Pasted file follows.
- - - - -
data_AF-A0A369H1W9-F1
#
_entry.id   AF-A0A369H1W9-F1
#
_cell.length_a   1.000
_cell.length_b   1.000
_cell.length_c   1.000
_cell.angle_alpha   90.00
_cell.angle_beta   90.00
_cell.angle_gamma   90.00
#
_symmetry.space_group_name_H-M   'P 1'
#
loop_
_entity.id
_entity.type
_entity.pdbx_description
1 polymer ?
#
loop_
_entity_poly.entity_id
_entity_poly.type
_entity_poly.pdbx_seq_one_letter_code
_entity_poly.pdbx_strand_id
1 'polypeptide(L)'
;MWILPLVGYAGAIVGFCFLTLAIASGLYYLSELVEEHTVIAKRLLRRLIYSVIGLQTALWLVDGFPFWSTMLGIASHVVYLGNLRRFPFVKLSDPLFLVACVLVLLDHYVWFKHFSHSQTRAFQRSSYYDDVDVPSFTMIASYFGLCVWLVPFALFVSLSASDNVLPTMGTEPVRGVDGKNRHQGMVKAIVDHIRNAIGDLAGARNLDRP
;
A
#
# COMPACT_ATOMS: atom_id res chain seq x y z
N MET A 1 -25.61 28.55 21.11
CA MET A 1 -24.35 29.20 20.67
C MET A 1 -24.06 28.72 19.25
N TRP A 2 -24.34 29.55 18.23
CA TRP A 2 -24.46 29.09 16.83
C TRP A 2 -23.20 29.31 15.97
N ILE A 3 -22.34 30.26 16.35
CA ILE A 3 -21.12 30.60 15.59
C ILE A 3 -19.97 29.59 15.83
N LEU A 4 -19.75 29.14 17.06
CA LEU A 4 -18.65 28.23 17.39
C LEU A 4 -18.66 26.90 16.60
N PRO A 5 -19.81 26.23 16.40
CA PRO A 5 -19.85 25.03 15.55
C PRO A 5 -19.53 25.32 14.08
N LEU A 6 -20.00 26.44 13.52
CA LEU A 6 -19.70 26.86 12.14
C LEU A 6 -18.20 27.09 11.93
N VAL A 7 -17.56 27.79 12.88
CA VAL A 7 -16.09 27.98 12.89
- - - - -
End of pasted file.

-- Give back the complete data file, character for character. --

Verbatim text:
data_AF-A0A369H1W9-F1
#
_entry.id   AF-A0A369H1W9-F1
#
_cell.length_a   1.000
_cell.length_b   1.000
_cell.length_c   1.000
_cell.angle_alpha   90.00
_cell.angle_beta   90.00
_cell.angle_gamma   90.00
#
_symmetry.space_group_name_H-M   'P 1'
#
loop_
_entity.id
_entity.type
_entity.pdbx_description
1 polymer ?
#
loop_
_entity_poly.entity_id
_entity_poly.type
_entity_poly.pdbx_seq_one_letter_code
_entity_poly.pdbx_strand_id
1 'polypeptide(L)'
;MWILPLVGYAGAIVGFCFLTLAIASGLYYLSELVEEHTVIAKRLLRRLIYSVIGLQTALWLVDGFPFWSTMLGIASHVVYLGNLRRFPFVKLSDPLFLVACVLVLLDHYVWFKHFSHSQTRAFQRSSYYDDVDVPSFTMIASYFGLCVWLVPFALFVSLSASDNVLPTMGTEPVRGVDGKNRHQGMVKAIVDHIRNAIGDLAGARNLDRP
;
A
#
# COMPACT_ATOMS: atom_id res chain seq x y z
N MET A 1 -25.61 28.55 21.11
CA MET A 1 -24.35 29.20 20.67
C MET A 1 -24.06 28.72 19.25
N TRP A 2 -24.34 29.55 18.23
CA TRP A 2 -24.46 29.09 16.83
C TRP A 2 -23.20 29.31 15.97
N ILE A 3 -22.34 30.26 16.35
CA ILE A 3 -21.12 30.60 15.59
C ILE A 3 -19.97 29.59 15.83
N LEU A 4 -19.75 29.14 17.06
CA LEU A 4 -18.65 28.23 17.39
C LEU A 4 -18.66 26.90 16.60
N PRO A 5 -19.81 26.23 16.40
CA PRO A 5 -19.85 25.03 15.55
C PRO A 5 -19.53 25.32 14.08
N LEU A 6 -20.00 26.44 13.52
CA LEU A 6 -19.70 26.86 12.14
C LEU A 6 -18.20 27.09 11.93
N VAL A 7 -17.56 27.79 12.88
CA VAL A 7 -16.09 27.98 12.89